With three smallholdings already up and running in Devon, the Ecological Land Co-operative (ELC) is looking for land in East and West Sussex for its next tranche of smallholdings.

“We are hoping to spread right across England, but ideally our next site will be in Sussex,” said Cate Chapman, an executive director of ELC, a social enterprise based in Lewes, East Sussex.

With the exception of those from farming families or the wealthy who can afford to buy land in the countryside, it is very difficult for anyone else to make a start in agriculture or horticulture. To overcome these barriers, ELC helps individuals negotiate the planning system by buying marginal agricultural land and applying for planning permission for residential smallholdings, before leasing the land at low cost to anyone wanting to run an ecological smallholding. The smallholdings are aimed at new entrants to horticulture and mixed farming, and are protected for affordability and agricultural use.

To fund the next group of smallholdings, ELC set a target of raising £340,000 through a mixture of share capital and loan financing. Anyone can invest between £500 and £40,000, and the share offer is open until 26 July. So far, about £190,000 has been raised and Ms Chapman said £230,000, would enable ELC to start the next project. “We will continue to find the rest of the money in alternative ways over the next year,” said Ms Chapman.” We are a bit overwhelmed by the response so far, and are very optimistic about the future.”

ELC’s success has already seen the co-operative recognised as the leading social enterprise in the South East by the NatWest SE100 Index, which is an online listing of social ventures, ranked and scored according to their growth and social impact. The live market intelligence platform is designed to provide a data resource for investors, commissioners and policy makers. The index found that ELC had seen a 2,294% growth in turnover and an increase of 138% in profit between the financial years 2012/13 and 2013/14.

The three existing smallholdings are at Greenham Reach just outside the village of Holkham Rogus in Devon. They are ecological smallholdings and so no petrochemicals are used and antibiotics are not used routinely. As well as supporting themselves with what they produce, the smallholding families sell their food at local shops and farmers markets.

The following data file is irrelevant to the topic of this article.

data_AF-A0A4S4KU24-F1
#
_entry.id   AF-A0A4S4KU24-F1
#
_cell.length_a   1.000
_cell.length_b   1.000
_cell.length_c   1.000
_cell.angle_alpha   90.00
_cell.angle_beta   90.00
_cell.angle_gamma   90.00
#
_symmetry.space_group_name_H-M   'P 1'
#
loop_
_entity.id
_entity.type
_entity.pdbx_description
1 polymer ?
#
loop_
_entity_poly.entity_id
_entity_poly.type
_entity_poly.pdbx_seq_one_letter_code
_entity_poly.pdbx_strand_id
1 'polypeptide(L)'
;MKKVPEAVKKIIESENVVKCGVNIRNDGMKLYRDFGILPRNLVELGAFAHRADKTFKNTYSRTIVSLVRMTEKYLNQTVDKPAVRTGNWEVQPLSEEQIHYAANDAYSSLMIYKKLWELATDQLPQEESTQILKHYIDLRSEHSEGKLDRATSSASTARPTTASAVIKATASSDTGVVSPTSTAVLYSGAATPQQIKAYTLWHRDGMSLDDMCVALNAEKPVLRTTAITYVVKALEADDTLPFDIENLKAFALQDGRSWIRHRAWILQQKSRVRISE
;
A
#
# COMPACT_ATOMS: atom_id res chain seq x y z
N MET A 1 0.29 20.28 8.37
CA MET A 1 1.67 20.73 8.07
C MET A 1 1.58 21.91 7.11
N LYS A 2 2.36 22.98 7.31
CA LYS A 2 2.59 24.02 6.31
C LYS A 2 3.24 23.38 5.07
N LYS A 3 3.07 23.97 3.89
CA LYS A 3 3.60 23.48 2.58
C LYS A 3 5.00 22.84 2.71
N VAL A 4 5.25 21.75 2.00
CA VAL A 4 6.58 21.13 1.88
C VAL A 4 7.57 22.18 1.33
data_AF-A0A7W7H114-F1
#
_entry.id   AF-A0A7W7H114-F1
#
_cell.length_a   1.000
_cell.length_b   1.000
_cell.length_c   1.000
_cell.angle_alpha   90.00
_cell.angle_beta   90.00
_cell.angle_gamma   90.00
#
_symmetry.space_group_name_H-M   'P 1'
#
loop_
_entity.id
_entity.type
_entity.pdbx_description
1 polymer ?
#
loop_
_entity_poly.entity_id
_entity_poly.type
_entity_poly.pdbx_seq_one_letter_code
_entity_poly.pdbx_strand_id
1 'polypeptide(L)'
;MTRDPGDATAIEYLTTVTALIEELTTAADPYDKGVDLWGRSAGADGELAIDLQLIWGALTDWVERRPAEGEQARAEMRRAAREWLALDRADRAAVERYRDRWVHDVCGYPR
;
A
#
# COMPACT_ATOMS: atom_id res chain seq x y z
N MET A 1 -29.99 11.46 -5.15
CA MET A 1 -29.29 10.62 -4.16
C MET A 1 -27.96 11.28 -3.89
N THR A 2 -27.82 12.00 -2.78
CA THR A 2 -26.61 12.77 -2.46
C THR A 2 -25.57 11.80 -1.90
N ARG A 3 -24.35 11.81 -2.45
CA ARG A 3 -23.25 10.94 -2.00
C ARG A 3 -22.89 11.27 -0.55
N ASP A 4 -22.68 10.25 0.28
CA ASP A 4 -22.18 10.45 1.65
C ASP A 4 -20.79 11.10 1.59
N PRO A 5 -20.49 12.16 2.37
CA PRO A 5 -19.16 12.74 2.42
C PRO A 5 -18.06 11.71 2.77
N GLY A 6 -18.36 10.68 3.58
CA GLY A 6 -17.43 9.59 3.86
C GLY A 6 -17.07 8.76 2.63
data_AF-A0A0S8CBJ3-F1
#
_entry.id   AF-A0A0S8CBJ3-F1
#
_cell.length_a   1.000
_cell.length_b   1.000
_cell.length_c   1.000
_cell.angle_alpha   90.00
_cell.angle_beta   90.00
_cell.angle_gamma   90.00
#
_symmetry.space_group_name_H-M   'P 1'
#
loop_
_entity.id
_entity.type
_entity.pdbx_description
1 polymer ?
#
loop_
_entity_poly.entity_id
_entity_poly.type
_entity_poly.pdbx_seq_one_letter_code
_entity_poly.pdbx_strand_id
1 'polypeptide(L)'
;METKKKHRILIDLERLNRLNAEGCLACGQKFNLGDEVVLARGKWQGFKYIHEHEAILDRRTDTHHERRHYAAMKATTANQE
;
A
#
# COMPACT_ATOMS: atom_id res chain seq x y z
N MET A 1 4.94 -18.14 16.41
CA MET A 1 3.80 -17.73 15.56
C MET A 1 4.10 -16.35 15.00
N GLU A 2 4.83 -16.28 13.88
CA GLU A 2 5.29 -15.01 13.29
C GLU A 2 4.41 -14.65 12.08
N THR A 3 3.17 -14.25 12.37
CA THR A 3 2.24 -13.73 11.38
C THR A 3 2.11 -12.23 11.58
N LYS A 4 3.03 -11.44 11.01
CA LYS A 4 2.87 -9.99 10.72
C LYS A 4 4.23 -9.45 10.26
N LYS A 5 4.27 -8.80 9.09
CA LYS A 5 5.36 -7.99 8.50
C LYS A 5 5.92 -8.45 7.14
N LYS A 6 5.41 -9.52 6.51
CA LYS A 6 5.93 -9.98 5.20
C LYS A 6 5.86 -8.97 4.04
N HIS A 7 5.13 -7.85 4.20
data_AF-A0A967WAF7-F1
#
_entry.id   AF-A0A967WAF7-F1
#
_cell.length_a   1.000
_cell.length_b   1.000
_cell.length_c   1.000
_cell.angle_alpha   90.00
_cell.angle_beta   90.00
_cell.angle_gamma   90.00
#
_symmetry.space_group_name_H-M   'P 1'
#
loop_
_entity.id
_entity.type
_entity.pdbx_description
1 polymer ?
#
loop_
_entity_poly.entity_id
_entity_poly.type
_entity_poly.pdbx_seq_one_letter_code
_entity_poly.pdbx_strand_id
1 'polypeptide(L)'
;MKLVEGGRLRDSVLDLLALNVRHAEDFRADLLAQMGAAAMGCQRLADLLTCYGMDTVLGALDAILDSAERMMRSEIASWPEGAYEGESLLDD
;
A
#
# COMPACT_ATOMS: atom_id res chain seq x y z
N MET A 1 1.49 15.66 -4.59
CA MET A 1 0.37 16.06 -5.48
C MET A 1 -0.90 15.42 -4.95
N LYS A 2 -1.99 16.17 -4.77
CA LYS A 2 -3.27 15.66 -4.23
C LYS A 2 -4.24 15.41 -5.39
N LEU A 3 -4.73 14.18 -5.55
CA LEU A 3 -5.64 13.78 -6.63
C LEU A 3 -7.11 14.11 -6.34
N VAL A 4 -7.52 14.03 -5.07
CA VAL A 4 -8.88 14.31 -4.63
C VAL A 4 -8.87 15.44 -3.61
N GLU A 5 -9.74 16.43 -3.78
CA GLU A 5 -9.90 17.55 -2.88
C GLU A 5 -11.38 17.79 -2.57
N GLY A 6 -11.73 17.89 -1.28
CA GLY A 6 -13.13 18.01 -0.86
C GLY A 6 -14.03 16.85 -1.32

All the smallholders have some experience of farming and growing. The smallholdings are in clusters to keep costs such as planning applications down and to share infrastructure. They are between five and eight acres, and the infrastructure includes on site renewable energy, a timber framed barn for storage, potable water and an access track.

Although they are residential smallholdings and a house will eventually be built on each, the Devon smallholders have a five year planning permission for a temporary dwelling. They have had to satisfy the planning inspectorate that there is a genuine need for someone to be on the site and that they can make a livelihood from the land.

In Devon, one of the smallholders has opted for one of ELC’s ways of financing the smallholding, which is paying about £110,000 for a 150 year outright lease. This allows ELC to retain the freehold so the site is maintained as a smallholding and run according to the co-operative’s principles. Two of the smallholders have chosen the other option, which is a down payment of £22,000 from the start and then making a combination of capital and rental payments over 25 years, so that a bit more of the site is bought each month in this rent to buy model.

Once the next cluster is settled, Ms Chapman said another financing option will be considered for the third site. “We hope to offer some rental plots where people just rent from year to year and there is no down payment. That may be attractive to some people who want to gain experience but don’t have the capital to put down a deposit or just want to have a smallholding for a finite period of time.”